It has been foreseen in many researches that the American Southwest and central Great Plains has the possibility of encountering substantial drought during the later part of this century. The rapid rate of Earth’s climate change will further aggravate the condition.
A new analysis published today that the situation will be even more severe than depicted earlier and is expected to the worst in almost a 1,000 years. Somewhere in between
2050 and 2100 the drought conditions will become much more ruthless compared to the mega-droughts of the 12th and 13th centuries.
The tree rings and further data suggest that nothing ever came close to those periods of utter dryness except what is being anticipated for the U.S in the upcoming years.
Benjamin Cook, a research scientist at the NASA Goddard Institute for Space Studies in New York City and lead author of the study said, “The analysis “shows how exceptional future droughts will be.”
This conclusion was achieved by making comparisons of 17 diverse computer projections of 21st century climate with the reports of the past millennium, particularly of the North American Drought Atlas which is based of widespread tree-ring researches carried out by Edward cook, a researcher at Columbia University Lamont-Doherty Earth Observatory.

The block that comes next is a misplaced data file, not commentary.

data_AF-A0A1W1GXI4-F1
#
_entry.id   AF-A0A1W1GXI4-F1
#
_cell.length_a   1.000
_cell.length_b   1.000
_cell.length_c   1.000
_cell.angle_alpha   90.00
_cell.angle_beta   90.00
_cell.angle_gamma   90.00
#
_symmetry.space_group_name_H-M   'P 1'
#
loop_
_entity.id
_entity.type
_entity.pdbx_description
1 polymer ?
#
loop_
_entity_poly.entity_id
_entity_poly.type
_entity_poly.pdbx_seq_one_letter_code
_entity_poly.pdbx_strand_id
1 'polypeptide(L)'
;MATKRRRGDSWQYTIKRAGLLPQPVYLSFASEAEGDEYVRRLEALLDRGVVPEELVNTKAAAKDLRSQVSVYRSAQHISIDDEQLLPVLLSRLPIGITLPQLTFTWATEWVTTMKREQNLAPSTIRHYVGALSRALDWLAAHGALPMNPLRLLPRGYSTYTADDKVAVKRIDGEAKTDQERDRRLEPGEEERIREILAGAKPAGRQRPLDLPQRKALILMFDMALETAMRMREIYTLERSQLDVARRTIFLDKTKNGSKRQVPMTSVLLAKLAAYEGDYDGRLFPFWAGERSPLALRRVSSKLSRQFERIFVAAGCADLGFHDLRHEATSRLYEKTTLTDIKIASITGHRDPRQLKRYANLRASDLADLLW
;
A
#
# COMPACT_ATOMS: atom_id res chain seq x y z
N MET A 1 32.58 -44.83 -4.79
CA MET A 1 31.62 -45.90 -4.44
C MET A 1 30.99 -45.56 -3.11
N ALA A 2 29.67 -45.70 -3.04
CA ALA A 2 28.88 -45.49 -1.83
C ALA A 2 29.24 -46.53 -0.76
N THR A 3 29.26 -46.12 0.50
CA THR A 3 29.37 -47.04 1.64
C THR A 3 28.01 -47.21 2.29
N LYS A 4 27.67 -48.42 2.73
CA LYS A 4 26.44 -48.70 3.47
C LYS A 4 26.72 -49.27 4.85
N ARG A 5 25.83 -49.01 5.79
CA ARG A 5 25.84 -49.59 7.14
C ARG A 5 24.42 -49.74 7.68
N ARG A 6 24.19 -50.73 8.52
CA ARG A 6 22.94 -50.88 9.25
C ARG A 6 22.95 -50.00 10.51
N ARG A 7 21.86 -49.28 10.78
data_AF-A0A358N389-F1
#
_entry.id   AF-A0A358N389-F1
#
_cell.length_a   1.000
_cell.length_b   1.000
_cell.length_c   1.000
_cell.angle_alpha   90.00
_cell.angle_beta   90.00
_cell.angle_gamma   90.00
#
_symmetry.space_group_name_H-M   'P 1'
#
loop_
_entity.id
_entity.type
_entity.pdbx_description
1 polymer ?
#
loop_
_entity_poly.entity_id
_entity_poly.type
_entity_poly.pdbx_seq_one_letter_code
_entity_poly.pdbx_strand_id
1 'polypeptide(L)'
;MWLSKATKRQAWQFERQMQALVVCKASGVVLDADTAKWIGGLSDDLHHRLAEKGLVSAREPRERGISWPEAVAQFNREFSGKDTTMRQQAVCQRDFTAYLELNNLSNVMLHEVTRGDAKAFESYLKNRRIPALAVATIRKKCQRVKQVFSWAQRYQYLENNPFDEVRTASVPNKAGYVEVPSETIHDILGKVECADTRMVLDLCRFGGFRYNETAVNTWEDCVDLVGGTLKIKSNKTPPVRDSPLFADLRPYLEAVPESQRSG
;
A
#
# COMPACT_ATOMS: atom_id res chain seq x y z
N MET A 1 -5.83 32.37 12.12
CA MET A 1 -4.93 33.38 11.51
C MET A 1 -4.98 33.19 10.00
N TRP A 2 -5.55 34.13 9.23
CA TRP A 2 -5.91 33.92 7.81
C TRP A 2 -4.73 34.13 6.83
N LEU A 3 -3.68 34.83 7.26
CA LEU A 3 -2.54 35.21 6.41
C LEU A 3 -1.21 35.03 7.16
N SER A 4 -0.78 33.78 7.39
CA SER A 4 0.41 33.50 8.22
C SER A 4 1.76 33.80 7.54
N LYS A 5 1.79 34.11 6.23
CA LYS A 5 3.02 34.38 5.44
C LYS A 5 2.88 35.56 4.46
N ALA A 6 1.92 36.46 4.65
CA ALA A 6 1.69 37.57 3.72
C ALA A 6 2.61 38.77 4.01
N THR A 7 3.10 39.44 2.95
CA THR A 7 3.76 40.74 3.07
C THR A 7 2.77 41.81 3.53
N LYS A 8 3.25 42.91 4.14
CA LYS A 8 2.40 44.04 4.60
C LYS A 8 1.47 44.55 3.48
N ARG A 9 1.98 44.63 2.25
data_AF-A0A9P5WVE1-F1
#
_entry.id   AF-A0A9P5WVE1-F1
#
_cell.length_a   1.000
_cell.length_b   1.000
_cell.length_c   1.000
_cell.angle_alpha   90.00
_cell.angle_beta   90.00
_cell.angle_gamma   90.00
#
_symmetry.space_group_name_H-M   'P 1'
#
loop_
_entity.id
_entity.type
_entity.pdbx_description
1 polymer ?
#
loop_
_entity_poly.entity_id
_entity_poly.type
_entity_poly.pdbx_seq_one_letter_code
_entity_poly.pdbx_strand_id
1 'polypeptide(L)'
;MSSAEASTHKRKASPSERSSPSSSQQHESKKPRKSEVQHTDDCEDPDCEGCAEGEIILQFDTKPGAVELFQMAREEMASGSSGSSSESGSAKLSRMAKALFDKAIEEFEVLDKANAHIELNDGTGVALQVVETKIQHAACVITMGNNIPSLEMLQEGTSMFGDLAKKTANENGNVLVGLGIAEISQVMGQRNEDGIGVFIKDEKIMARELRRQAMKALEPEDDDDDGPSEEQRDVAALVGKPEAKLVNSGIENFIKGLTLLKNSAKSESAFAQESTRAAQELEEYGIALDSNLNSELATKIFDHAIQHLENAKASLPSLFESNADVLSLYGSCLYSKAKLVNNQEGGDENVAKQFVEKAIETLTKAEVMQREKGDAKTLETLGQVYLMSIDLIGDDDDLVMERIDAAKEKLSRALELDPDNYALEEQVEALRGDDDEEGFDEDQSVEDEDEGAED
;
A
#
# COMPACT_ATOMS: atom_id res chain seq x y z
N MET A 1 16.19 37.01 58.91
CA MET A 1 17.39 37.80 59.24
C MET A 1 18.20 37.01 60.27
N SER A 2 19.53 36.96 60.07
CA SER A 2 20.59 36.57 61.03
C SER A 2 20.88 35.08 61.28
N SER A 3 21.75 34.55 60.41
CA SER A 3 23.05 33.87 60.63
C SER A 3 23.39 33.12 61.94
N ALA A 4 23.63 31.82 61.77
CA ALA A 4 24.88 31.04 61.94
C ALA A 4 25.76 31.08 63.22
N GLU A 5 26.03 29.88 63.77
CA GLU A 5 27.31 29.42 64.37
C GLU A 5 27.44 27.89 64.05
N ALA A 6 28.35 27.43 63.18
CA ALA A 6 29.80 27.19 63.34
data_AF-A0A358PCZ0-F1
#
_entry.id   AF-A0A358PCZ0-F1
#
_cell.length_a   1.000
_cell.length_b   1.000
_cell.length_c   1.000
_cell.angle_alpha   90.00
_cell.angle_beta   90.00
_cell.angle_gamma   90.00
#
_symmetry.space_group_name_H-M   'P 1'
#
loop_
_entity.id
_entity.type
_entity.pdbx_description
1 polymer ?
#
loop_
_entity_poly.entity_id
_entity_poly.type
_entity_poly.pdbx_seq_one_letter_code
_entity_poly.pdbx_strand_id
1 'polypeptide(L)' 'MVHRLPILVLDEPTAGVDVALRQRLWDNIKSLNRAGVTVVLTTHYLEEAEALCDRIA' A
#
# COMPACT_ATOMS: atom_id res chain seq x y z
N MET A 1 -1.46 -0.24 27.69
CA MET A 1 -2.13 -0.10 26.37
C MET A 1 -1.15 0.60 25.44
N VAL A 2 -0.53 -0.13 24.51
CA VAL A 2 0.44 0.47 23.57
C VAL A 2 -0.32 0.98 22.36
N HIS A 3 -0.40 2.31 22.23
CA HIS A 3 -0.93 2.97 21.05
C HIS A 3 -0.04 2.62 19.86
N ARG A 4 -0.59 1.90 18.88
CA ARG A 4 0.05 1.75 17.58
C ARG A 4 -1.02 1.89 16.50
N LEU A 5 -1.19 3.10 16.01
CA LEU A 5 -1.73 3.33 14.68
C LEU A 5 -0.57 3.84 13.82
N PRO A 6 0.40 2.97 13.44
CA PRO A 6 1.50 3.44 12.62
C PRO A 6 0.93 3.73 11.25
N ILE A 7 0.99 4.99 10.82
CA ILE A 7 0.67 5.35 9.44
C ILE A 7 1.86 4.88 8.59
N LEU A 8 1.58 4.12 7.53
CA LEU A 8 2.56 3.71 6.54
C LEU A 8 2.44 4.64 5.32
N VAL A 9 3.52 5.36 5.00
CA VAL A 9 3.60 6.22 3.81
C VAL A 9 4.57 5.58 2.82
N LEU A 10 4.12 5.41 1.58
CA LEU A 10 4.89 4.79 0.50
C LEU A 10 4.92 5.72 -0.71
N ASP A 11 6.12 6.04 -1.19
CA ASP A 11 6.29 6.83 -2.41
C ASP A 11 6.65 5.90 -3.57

The computer projections established drought much worse than the previous millennium and definitely worse than the one out West prevailing for more than a decade now costing billions of dollars.
Apart from that it is also anticipated that the drying in the Southwest would be caused by a mixture of less rain and supplementary soil evaporation because of higher temperatures. Although in the Great Plains there is no confirmation on less rain but soil evaporation is highly probable. “Even where rain may not change much, greater evaporation will dry out the soils,” Cook says.
This situation calls for excessive pressure on crops and also more shortage of water in urban regions. We have strategies today to deal with drought—develop more drought-resistant crops, use more groundwater,” Cook says. “But if future droughts will be much more severe, the question is whether we can extend those strategies or if we need new ones.”
City planners and legislators will be faced with grave difficulties and groundwater is a limited resource.
“Our water laws and sharing agreements are very convoluted,” Cook notes. Untangling them in order to make conservation measures practical and equitable “could become a wicked problem.”
The upcoming move for the team will be to establish the transition period. Cook says “We’re still uncertain about that,”